First Nations Technology Council

Description & Relevance

This site outlines the Mission, Mandate, Goals and the organizational  structure  of the  British Columbia First Nations Technology Council. The relevance of this organization and supporting partnerships to our focus in Module 1 of ETEC 521 is significant, pasrticularly when considering the mission “supporting the full integration of technologies to improve the quality of life for l First Nations in BC,” progressive goals, and support for technology integration which highlight the values of the First Nations Technology Council. In the first module we are asking ‘big questions’ about the paradoxes between indigeneity and technology. When exploring the ambitious and benevolent efforts of this council it seems as if the potential negatives and consequences of technology integration into first nations communities are not at issue. Regardless, the site itself is excellent and contains many links to partners and associated sites that explore the use of and connections between First Nations, technlogy, and education.

Links and Features

There are too many links to list but here are some that have strong connections to our course of study

  •  From the Community Applications page is a link to a documentary titled “Cedar and Silicon” which explores the process of bringing technology to a First Nations community.
  • The Youth Cafe page links to a number of related sites as well as a Film Festival in part supported by the First Nations Technology Council.[youtube][/youtube]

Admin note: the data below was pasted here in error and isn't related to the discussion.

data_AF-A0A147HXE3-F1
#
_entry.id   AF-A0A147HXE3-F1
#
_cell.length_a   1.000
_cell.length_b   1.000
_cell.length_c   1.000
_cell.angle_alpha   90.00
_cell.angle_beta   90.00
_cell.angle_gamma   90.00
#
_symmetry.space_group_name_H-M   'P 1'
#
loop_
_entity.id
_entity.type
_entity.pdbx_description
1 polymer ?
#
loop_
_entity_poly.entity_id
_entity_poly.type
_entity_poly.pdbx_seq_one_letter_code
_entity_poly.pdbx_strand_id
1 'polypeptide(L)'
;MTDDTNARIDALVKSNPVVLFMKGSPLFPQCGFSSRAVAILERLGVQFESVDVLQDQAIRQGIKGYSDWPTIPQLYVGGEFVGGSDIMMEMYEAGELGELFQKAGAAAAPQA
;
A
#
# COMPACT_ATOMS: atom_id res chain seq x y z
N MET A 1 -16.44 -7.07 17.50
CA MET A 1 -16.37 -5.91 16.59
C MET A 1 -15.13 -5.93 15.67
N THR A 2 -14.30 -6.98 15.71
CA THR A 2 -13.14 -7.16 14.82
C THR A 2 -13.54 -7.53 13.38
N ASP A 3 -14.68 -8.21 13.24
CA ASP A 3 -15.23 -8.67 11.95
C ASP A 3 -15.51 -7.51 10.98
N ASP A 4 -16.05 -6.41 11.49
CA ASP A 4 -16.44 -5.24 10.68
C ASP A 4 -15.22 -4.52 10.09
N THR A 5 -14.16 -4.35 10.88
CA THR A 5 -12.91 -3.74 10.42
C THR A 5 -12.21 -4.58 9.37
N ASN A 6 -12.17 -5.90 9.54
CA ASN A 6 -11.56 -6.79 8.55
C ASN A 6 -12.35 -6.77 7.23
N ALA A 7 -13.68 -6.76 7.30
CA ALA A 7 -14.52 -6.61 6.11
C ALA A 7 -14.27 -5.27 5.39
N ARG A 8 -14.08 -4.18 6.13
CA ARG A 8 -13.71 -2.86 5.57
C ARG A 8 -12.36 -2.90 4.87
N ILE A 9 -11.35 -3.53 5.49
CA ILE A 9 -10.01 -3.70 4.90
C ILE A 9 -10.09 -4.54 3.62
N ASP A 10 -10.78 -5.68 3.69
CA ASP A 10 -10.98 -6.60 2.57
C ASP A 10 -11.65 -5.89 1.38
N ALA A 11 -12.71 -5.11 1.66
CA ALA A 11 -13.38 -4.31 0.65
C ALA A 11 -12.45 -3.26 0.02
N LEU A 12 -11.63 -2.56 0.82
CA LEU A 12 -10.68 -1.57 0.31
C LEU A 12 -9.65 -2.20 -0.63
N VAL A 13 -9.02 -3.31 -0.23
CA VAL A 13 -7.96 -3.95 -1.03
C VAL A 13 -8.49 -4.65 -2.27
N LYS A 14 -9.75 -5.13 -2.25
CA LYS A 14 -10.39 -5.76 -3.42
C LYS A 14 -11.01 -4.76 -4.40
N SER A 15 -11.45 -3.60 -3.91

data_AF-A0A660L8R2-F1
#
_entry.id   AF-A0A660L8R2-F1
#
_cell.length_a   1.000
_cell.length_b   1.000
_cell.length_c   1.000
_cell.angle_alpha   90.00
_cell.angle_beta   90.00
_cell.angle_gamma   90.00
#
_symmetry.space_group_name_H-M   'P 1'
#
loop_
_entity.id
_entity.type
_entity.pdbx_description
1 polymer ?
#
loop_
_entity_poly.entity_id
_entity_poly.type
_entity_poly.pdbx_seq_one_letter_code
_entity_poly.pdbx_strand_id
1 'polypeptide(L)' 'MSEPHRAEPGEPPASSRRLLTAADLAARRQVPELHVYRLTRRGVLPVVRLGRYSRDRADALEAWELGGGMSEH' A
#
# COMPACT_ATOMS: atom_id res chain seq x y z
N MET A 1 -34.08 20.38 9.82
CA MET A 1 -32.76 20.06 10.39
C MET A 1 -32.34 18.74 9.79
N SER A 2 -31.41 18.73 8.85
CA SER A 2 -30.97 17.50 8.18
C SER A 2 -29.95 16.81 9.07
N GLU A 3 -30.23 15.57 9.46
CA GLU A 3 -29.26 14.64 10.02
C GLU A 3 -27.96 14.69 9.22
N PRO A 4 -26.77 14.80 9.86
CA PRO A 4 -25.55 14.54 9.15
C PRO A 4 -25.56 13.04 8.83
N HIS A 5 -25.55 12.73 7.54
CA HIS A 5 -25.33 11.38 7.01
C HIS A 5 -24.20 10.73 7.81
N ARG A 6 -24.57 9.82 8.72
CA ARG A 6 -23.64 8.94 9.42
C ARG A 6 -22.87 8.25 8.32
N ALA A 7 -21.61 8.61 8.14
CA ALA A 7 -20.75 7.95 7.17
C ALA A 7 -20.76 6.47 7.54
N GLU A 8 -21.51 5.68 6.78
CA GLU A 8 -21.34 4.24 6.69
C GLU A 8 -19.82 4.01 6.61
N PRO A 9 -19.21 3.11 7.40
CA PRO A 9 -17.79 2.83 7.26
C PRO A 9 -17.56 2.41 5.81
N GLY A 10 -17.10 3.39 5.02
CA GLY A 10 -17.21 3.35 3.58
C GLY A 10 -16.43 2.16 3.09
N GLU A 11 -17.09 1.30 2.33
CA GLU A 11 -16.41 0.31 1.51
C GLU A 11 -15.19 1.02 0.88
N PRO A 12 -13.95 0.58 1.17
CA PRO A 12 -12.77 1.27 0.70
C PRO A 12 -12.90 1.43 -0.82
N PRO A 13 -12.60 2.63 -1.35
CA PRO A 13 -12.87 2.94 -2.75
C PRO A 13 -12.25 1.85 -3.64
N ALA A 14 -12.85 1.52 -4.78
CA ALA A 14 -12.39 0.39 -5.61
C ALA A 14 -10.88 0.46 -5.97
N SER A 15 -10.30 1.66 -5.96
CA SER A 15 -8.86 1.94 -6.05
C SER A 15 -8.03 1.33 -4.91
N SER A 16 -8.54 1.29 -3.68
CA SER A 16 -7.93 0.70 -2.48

September 20, 2009   No Comments

Module 1 Weblog # 1 (Al Davidson)


Description and Relevance

This site has been created by members of the Tsuut’ina First Nation to help preserve and protect a language that is considered to be an “extinct language”

Having a small number of Tsuut’ina students in our school prompted me to revisit this site during Module 1 discussions. It provides an exemplar for First Nations cultures attempting to use modern technology to bridge cultural divides and preserve language. This also provides food for thought when considered against the position of Howe, Craig, “Cyberspace is No Place for Tribalism,” Wicazo Sa Review (Fall, 1998), 19-27.

Links and Features

  • This site includes a downloadable keyboard for Tsuut’ina characters as well as audio and video lessons.
  • Links from this page are to other categories on the Tssut’ina main site including other relevant cultural and historical information that is being preserved through the use of technology.


September 20, 2009   No Comments